The United States Postal Service has sponsored the USPS cycling team since 1996, and Lance Armstrong, who came on board in 1998, gets the USPS logo plastered all over the world's media.
But, according to a draft report by the USPS Office of Inspector General, and obtained by Citizens Against Government Waste, the USPS has "bungled" its sports sponsorship programs.
The CAGW says the USPS has an "abysmal track record of botched marketing initiatives and mismanaged sports sponsorship expenditures."
Leslie Paige, CAGW's director of special projects, said:
Lance Armstrong is a champion and hero to millions of Americans. Each year, he delivers a stirring performance at the Tour De France. Unfortunately, Armstrongs top sponsor, the USPS, is going downhill fast financially and managing to lose millions on its sports sponsorships. Despite a corporate loss of $676 million in 2002, the most recent sponsorship contract with the cycling team reportedly cost the USPS more than $40 million. This does not include the costs associated with sending postal executives and their spouses on junkets to the Tour De France as they have done in the past.
Postal officials routinely pedal the line that sponsorship of the cycling team raises brand awareness in Europe and results in $19 million in revenue annually. Yet, they present no verifiable evidence of this and fail to quantify any impact to the bottom line with any of its sports sponsorships.
"International sales account for only 2.6 percent of the USPS total revenue and anecdotal evidence suggests that the USPS performance in the international arena is substandard. Congress, the Presidential Reform Commission, and the USPS Board of Governors ought to put the brakes on these wasteful expenditures."
Besides the Posties, USPS sponsors the New York Yankees ($3.7 million), the New York Giants ($1.9 million), the Chicago Bears ($632,500), and the Tampa Bay Devil Rays ($630,500).
The Posties cycling team gets the most, and Paige raged:
The USPS is a government-owned monopoly and does not need to spend money on brand advertising. In its current fiscal crisis, it cannot rationalize sponsorships of any kind. Postal officials simply recycle the feel-good mantra that these sponsorships boost the agencys image and make postal employees feel good. If postal officials want to retread their image, they should bow out of the sports sponsorships, redirect those revenues to improving mail delivery, reduce costly overhead, and furnish better customer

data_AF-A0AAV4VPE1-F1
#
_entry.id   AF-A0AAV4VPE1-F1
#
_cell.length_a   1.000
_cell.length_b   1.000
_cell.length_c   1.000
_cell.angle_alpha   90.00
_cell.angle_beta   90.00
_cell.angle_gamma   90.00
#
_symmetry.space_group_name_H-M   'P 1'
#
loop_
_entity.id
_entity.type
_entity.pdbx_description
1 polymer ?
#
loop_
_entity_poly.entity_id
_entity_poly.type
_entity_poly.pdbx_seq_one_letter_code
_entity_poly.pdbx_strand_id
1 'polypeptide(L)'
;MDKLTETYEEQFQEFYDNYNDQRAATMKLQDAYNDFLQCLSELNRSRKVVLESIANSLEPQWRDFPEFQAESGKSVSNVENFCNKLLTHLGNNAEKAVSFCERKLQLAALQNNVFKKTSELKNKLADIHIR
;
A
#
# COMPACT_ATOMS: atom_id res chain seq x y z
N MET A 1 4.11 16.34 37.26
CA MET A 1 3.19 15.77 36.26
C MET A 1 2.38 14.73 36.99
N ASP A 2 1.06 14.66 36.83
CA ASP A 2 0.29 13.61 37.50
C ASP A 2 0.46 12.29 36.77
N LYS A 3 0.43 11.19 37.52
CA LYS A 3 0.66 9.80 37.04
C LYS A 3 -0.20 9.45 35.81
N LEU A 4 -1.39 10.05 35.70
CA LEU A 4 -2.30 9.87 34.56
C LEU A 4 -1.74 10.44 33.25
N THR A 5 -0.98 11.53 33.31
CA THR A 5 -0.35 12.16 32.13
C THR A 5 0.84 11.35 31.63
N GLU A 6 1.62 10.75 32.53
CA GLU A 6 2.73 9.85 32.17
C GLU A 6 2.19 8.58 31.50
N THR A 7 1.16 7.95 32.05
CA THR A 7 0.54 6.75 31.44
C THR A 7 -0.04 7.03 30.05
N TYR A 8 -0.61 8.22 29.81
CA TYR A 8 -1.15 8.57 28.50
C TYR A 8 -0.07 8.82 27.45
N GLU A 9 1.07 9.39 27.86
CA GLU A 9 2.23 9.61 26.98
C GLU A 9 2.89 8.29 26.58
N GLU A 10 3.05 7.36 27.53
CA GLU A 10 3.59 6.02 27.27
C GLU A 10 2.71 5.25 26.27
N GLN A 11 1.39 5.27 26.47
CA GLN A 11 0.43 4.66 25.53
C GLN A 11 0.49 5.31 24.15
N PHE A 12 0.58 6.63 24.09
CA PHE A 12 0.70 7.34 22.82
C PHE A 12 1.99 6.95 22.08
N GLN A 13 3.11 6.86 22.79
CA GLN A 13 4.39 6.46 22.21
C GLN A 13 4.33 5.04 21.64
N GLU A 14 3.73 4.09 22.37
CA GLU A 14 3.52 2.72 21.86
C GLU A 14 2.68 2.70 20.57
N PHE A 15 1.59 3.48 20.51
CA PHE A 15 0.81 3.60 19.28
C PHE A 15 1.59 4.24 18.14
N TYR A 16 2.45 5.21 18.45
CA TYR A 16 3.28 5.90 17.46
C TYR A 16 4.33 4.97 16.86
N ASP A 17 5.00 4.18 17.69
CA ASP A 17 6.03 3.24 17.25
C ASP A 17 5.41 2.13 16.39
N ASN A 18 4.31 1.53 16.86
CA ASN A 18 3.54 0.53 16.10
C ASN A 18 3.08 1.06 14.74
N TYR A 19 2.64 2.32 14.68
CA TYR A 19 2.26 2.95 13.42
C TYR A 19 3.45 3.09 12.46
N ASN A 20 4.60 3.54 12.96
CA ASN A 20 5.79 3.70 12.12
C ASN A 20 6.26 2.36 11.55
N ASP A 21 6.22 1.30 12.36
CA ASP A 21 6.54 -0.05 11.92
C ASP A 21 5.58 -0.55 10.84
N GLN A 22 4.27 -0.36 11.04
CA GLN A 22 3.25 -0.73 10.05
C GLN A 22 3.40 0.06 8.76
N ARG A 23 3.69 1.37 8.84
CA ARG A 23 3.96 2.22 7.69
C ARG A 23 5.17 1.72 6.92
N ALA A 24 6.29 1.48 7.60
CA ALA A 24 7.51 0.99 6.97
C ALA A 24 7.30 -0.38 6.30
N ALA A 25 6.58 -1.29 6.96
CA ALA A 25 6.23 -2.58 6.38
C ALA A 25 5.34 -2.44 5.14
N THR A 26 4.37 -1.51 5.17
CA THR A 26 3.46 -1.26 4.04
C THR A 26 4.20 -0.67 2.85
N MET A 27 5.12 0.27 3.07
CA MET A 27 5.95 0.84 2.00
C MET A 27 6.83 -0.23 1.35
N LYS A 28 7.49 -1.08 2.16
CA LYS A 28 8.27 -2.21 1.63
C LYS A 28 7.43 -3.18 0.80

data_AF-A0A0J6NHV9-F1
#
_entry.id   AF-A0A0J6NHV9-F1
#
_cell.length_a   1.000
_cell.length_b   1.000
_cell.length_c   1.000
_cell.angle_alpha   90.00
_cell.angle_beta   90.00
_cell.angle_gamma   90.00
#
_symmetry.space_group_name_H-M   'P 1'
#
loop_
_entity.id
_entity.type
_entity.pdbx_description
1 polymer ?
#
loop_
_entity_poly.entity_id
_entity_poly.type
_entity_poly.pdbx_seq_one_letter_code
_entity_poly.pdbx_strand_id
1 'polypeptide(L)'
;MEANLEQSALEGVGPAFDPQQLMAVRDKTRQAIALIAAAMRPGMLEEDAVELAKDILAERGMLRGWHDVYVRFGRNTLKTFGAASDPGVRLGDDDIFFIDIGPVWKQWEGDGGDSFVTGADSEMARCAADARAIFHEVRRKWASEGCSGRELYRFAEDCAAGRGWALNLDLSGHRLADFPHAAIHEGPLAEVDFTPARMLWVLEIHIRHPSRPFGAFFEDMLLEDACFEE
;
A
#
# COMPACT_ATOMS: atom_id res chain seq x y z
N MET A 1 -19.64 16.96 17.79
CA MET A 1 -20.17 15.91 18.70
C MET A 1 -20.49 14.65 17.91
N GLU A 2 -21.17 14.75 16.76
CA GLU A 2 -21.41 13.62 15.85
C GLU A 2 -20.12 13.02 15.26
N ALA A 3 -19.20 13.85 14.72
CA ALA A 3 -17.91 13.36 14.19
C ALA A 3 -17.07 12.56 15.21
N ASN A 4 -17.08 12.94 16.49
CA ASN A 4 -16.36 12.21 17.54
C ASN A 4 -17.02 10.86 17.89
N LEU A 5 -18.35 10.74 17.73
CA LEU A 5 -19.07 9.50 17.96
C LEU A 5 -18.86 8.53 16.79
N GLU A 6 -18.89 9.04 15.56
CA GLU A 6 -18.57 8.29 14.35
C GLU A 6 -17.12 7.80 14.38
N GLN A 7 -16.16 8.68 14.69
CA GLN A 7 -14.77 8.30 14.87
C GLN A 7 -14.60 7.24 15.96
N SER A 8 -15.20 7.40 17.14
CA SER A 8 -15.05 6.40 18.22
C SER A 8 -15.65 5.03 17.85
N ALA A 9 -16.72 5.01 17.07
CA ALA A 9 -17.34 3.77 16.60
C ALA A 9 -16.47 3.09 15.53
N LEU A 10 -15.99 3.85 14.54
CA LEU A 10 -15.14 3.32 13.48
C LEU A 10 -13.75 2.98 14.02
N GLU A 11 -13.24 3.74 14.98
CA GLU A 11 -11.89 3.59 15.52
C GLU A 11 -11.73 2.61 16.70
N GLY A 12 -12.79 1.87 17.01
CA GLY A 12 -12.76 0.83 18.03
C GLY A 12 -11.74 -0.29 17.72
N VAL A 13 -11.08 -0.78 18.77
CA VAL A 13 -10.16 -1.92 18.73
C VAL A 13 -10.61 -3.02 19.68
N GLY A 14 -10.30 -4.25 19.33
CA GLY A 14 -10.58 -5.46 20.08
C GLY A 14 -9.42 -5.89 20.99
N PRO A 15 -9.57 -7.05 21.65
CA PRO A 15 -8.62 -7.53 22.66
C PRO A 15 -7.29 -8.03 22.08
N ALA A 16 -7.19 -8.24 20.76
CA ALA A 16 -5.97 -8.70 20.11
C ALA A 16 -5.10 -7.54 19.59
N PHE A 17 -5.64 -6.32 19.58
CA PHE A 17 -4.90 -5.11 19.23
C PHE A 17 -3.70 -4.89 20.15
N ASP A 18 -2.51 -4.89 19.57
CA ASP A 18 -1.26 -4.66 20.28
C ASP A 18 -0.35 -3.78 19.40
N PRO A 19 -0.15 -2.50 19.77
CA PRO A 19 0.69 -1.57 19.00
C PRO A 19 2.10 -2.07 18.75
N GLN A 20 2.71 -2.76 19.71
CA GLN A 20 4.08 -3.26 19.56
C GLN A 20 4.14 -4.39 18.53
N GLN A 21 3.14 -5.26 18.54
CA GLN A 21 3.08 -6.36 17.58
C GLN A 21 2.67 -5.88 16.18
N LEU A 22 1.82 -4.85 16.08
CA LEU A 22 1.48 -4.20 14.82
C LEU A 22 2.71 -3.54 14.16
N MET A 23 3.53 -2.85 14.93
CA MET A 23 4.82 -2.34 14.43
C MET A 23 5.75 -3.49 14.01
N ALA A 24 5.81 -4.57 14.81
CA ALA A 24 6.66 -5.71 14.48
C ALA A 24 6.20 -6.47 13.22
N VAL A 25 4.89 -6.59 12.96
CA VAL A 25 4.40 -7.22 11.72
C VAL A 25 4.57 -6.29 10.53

service. Lance Armstrong will continue to deliver without USPS sponsorship."
Citizens Against Government Waste is a nonpartisan, nonprofit organisation "dedicated to eliminating waste, fraud, mismanagement and abuse in government."
It was founded in 1984 by the late industrialist J. Peter Grace and newspaper columnist Jack Anderson, and has a claimed one million members and supporters. It was inspired by President Reagan's comment that there should be an agency that would "work like tireless bloodhounds to root out government inefficiency and waste of tax dollars."
CAGW does nit hide the fact it wants the US Postal Service to be abolished because it subsidises the mail.
It has criticised the USPS sponsorship of cycling many times in the past and started circulating a press release knocking Armstrong's team two days ago.
In 2002, David Williams, a policy expert with CAGW said:
I think any organization that is hemorrhaging money should not spend it on frivolous activities."
CAGW's pork barrel slur join the condemnation of journalist Leonard Saffir of Lake Worth Herald, not the biggest of America's newspapers.
He, and the Lake Worth Herald, wants the USPS to stop sponsoring Armstrong because the USPS has not treated some of its former and existing employees to the benefits Saffir says they have earned.
In January, Saffir wrote an open letter to Armstrong:
"I suppose its easier for USPS big wigs to hide their shame by supporting you, the worlds number one cancer survivor. You saw them all in Paris during your Tour De France victories in four star French restaurants and hotels wining and dining themselves, their spouses and direct mail clients, after flying first class, while a 25-year postal veteran lives on $954 a month.
"Your mission, I note, is, Enhancing the quality of life for those living with, through, and beyond cancer. If that truly is your mission and not words of your PR machine, Mr. Armstrong, how can you take millions of dollars from an organization whom, by their actions, believes in just the opposite."
And other provincial newspapers have also disliked USPS spending money on cycling.
In 2002, The Indianapolis Star filed a Freedom of Information Act request with the USPS for budget documentation.
The post office denied the request, John Fritze, said a reporter with the newspaper.